LIBERTARIAN DEMOCRATS. On the eve of YearlyKos, Markos himself has penned possibly the first full account of his personal political philosophy. He is, he says, a "Libertarian Democrat." It's a style he's stealing from the Western Democrats like Brian Schweitzer, Jon Tester, Jim Webb, and Paul Hackett and hoping to popularize as a "progressivism for a new century" in an upcoming book.
According to Kos, libertarians believe only two forces can impinge on personal liberty -- individuals, and government. "The Libertarian Democrat understands that there is a third danger to personal liberty -- the corporation." So too, it seems, can personal liberty be checked by lack of access to health care, or exploitation in the workplace. So the Libertarian Democrat believes government should step in to prevent such limitations of freedom. Sometimes. Kos also says that the Libertarian Dems' "first proposed solution to a problem facing our nation shouldn't be more regulation, more government programs, more bureaucracy." From second-term Bill Clinton's mouth to his ears.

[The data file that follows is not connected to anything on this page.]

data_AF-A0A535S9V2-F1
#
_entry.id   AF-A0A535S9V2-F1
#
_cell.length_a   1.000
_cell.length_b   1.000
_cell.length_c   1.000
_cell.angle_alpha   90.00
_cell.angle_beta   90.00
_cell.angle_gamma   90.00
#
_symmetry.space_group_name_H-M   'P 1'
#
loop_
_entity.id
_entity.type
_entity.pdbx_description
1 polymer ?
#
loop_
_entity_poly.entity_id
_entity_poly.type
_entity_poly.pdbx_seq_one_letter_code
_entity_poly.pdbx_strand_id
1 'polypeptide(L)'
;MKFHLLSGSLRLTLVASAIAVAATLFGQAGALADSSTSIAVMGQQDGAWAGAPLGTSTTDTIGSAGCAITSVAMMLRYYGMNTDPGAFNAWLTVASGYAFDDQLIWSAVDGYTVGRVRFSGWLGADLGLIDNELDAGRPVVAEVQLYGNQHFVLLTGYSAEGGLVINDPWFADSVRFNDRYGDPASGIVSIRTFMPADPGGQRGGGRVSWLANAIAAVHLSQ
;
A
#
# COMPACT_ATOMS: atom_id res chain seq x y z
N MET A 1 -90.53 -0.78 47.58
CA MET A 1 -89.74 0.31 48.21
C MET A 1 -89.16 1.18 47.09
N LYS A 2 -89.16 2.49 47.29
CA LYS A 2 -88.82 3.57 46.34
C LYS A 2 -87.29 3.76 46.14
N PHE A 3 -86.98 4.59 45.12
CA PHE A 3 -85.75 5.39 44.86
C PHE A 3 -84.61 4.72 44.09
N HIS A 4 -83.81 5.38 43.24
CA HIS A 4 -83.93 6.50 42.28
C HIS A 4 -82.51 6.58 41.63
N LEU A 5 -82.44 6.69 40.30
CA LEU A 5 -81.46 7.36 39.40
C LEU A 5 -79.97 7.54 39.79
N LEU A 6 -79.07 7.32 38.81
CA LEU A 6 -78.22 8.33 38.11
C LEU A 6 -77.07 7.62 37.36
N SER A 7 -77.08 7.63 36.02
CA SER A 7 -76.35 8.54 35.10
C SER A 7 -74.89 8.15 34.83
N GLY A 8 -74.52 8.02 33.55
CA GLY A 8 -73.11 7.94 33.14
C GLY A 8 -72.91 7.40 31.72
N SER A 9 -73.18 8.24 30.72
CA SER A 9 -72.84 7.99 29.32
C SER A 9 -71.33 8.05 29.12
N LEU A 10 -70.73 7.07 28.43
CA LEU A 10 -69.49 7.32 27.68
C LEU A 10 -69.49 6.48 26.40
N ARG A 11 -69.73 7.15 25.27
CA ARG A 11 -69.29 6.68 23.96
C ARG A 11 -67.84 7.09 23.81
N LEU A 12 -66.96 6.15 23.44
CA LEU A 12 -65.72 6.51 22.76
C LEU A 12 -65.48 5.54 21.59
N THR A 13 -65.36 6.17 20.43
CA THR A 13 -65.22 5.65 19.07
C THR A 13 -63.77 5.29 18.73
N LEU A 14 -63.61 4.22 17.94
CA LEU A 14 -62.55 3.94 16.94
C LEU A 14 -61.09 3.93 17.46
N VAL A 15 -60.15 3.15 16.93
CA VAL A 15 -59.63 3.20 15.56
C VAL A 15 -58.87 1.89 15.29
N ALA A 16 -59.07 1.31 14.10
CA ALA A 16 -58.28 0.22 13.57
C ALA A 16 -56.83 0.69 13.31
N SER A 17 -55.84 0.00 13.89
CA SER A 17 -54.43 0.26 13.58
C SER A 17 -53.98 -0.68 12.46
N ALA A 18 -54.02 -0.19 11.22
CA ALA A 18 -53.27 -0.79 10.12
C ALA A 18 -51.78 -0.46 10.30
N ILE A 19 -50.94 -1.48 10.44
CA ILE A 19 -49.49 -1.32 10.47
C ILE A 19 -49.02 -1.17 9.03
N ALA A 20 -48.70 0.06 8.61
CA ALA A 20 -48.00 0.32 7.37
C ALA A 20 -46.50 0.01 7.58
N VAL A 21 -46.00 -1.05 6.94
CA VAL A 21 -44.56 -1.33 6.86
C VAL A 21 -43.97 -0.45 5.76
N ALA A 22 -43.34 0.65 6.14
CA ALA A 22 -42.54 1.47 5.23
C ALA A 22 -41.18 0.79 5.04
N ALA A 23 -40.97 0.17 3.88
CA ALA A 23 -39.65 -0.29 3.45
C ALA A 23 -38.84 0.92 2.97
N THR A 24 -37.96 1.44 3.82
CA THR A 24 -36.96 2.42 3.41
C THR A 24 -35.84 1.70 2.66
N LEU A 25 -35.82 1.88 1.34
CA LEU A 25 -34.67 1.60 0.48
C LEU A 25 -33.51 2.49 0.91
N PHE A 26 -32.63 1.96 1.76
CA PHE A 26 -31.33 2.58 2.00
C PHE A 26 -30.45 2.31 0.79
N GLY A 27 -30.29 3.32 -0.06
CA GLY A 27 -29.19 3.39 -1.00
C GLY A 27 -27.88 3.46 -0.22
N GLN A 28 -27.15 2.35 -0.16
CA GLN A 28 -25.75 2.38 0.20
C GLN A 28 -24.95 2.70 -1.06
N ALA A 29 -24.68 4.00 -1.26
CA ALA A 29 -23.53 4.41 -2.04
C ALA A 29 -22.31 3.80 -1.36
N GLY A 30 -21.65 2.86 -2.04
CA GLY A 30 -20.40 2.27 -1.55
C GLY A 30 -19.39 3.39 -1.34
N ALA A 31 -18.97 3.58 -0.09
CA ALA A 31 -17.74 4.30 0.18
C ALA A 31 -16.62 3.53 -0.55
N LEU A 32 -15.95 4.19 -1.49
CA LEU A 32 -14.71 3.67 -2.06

Indeed, "Libertarian Democrat" strikes me as confusing framing -- Kos is describing nothing so much as a socially laissez-faire populist with a patina of New Democrat market affection. A synthesis of current tendencies, rather than a new approach. And this philosophy doesn't seem to say much about foreign policy, though Kos's next book, which he promises will offer a further explication of this faction, might rectify that.
Nevertheless, I'm skeptical. Tester, Schweitzer, Webb, and Hackett don't share an ideology, they share a muscular authenticity. And if that's what Kos means, he should say so. As it is, "libertarianism" already has a meaning -- it's a philosophy of individualism, and that's not the direction progressivism tends to point towards. Nor is it the direction Kos tends to drift towards. We'll see, but for now, my hunch is Markos is trying to turn the style of his favorite politicians into a political philosophy. Maybe he'll prove me wrong this weekend.